The footage was released as part of #NoZeroStarCars, a campaign to highlight substandard safety measures on the road
Despite decades as the most popular car for taxi drivers in Mexico, Japanese car giant Nissan has announced that its Tsuru model will no longer be produced after a crash test revealed that the car garnered the lowest possible rating of zero stars.
To highlight the dangers of travelling in a Tsuru, the Insurance Institute for Highway Safety crashed a brand new Nissan Versa, intended for the American market and subject to more stringent safety measures, into a Mexican-market Tsuru built in 2015.
The experiment saw the Versa, the cheapest available sedan in Nissan’s American fleet, go head to head with its Mexican equivalent, with the experiment highlighting the safety disparity between the two nations and two Nissan models. The video of the test has been widely distributed online as part of the #NoZeroStarCars shaming campaign, a project which hopes to remove all zero-star safety rated vehicles from roads all over the world.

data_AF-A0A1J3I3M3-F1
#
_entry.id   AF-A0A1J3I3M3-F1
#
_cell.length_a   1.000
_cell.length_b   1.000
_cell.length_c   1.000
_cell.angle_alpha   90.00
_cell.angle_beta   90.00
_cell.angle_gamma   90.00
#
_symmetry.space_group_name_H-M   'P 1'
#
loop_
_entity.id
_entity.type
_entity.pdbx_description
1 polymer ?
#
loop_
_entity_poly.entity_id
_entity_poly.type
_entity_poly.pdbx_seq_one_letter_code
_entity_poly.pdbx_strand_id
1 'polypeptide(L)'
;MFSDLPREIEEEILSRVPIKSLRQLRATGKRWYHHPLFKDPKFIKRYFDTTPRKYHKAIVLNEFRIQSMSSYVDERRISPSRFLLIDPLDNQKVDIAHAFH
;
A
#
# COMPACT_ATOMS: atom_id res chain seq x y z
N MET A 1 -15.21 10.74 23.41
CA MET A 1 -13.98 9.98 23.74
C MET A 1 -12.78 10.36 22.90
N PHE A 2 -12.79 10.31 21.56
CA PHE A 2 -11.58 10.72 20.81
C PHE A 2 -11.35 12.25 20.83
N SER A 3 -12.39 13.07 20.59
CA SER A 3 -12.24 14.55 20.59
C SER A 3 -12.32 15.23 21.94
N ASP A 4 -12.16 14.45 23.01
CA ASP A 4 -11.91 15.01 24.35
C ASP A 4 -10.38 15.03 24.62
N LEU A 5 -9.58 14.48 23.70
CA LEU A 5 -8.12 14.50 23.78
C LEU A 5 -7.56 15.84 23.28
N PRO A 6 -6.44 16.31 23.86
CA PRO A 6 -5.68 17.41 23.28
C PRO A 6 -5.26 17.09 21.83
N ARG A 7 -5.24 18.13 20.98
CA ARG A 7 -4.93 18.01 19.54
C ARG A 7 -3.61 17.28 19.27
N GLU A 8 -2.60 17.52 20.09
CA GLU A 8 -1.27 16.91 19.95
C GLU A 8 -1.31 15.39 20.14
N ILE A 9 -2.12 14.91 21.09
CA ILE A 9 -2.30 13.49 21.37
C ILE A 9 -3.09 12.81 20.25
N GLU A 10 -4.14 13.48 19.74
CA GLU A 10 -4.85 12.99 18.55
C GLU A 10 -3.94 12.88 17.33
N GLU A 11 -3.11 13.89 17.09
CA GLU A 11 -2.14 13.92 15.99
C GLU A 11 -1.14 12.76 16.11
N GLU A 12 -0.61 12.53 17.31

In the footage below, both Nissan cars were travelling at just 65 km/h, striking each other in what is referred to by safety experts as a 50% overlap test. The Versa’s driver, whose impact is cushioned by front and side airbags, fares well, with the car’s safety cage standing up to the collision and maintaining the overall structure of the car.
The Tsuru... is a right off, with no airbag to protect the driver’s head from smashing directly into the crumpled frame, in what would most likely prove a fatal blow.
According to the New Car Assessment Programme, a safety performance agency with offices all over the world, the Nissan Tsuru is believed to have been involved in more than 4,000 deaths on Mexican roads between 2007 and 2012.